North America is a massive place, and I’ll certainly never see ALL of it. A van will help me get around to a lot of it, and do so on a budget. Never needing accommodation, having a place to cook, and keeping the amenities of home; these are all advantages of an adventure van.

There may come a day when I don’t need the van anymore, so I can pass it onto the next. The value from retrofitting a $5000/$6000 van will pay itself off in no time! RVs are hugely expensive and guzzle gas; I’m looking for a smaller platform. If I fall in-love with living in a van, I could always upgrade as well. An adventure van seems like a great way to test the waters of a different lifestyle. Check out the stories available on the web, instagram, reddit, and more. If van life isn’t for you, it’s certainly an interesting look into a different type of life.

I’ll continue to write about different lifestyles, with the hopes of people looking at alternatives. You never know how you might find happiness, try something new!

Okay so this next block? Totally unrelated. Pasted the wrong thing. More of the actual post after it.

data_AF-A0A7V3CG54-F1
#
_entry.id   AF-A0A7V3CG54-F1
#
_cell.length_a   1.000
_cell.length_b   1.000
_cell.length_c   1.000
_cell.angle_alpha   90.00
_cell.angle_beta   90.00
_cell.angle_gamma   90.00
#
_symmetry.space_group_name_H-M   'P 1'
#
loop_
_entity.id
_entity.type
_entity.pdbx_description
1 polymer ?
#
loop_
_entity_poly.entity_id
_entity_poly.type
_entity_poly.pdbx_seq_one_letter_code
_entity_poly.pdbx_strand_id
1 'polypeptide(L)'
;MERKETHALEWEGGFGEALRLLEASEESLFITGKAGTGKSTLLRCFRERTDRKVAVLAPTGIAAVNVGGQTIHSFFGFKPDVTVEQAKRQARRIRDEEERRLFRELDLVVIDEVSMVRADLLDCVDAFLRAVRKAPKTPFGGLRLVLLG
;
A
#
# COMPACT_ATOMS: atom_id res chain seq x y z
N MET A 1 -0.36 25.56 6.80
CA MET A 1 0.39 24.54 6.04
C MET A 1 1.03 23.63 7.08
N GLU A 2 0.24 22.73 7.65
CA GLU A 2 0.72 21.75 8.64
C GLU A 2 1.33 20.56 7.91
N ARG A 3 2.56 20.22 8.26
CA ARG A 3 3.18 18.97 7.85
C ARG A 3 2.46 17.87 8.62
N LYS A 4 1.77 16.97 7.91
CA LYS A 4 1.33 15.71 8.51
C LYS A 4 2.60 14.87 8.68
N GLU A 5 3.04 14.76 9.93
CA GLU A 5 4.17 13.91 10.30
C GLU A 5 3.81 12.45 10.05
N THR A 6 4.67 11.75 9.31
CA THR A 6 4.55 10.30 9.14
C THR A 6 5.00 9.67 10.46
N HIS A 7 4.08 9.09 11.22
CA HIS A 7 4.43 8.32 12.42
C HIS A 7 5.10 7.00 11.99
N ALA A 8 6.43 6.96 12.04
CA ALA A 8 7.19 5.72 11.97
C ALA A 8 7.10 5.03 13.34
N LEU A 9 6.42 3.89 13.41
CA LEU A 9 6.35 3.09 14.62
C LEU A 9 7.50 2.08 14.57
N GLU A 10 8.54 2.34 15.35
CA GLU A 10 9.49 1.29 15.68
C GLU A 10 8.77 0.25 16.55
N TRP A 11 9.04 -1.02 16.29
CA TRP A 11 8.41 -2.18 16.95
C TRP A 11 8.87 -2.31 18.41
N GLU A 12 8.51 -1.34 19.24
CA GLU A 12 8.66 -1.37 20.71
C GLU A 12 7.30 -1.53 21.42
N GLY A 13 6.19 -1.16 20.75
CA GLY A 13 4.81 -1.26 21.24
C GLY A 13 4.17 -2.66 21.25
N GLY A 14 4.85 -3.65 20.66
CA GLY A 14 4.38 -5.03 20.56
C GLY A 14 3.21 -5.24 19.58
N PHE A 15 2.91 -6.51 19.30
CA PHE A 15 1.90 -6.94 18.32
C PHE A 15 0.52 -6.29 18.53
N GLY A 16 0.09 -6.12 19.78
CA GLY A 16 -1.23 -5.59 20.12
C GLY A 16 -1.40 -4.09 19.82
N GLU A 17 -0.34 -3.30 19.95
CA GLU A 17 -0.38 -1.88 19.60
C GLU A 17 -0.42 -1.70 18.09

-Mike

Emergency Preparedness

I haven’t been able to bring myself to adopt a ‘prepper’ lifestyle, but recently with the large number of natural disasters it made me think about how well prepared I would be for one. I’m definitely failing that class. It’s not a huge concern for me, but thinking forward I’d like to be prepared in the future.

Living off the power grid sets you up for success in the event of a disaster. Having your own power source that doesn’t comes from the lines is crucial. Having multiple heat sources in a cold country is hugely important. Fresh water is another hugely important factor.

I haven’t gotten too detailed into my plan, but I will without a doubt recommend the following:

Two or more sources of clean water

  • 365 Gallons of drinkable water
  • Water purification tablets
  • Water Distiller

Food

  • A good stock of perishable foods (say 1 month?)
  • Optional stock of Meals Ready to Eat (MRES). Costco sells a year worth, it’s expensive but it would be a game changer
  • Ways to grow your own food (I think without an emergency this is important)
  • A weapon and ammunition. You may not want to hunt, but it might save your life. Ammunition is tradable in the event currency isn’t of much value

Heating

  • Wood Stove and a winter’s worth of wood
  • Propane heating and a large tank/bunch of tanks